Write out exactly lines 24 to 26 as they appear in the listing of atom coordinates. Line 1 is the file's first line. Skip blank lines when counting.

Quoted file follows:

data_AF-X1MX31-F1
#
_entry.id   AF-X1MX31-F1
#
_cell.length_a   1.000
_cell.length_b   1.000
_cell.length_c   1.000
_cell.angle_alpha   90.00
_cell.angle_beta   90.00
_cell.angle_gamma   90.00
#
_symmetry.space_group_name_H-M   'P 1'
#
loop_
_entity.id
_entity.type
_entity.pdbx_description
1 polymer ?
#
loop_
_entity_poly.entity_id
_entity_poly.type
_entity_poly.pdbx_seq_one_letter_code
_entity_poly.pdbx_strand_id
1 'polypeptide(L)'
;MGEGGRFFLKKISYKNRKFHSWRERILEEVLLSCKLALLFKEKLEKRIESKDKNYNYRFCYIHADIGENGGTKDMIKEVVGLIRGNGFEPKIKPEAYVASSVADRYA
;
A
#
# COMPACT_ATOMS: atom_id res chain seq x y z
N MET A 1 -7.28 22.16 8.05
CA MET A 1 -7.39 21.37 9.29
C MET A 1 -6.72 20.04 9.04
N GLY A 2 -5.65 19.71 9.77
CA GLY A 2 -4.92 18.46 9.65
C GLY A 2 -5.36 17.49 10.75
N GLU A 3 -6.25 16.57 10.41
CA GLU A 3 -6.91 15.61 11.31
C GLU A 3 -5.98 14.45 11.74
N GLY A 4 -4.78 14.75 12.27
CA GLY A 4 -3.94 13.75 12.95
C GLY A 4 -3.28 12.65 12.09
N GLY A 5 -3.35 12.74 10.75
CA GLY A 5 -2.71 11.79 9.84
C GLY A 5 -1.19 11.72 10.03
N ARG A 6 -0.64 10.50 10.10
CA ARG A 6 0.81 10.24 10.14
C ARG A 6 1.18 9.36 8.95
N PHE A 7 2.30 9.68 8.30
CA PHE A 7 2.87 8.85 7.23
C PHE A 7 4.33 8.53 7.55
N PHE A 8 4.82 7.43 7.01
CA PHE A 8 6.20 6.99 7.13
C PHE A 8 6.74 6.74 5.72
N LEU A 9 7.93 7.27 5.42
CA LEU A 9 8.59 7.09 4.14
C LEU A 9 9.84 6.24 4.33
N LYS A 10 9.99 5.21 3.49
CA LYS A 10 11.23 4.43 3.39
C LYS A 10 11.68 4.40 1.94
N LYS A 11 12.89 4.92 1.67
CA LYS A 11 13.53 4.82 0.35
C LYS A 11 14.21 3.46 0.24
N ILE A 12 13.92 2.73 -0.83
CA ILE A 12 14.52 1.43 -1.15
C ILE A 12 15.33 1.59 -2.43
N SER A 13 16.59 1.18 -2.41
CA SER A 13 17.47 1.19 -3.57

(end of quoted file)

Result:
_entity_poly.pdbx_strand_id
1 'polypeptide(L)'
;MGEGGRFFLKKISYKNRKFHSWRERILEEVLLSCKLALLFKEKLEKRIESKDKNYNYRFCYIHADIGENGGTKDMIKEVVGLIRGNGFEPKIKPEAYVASSVADRYA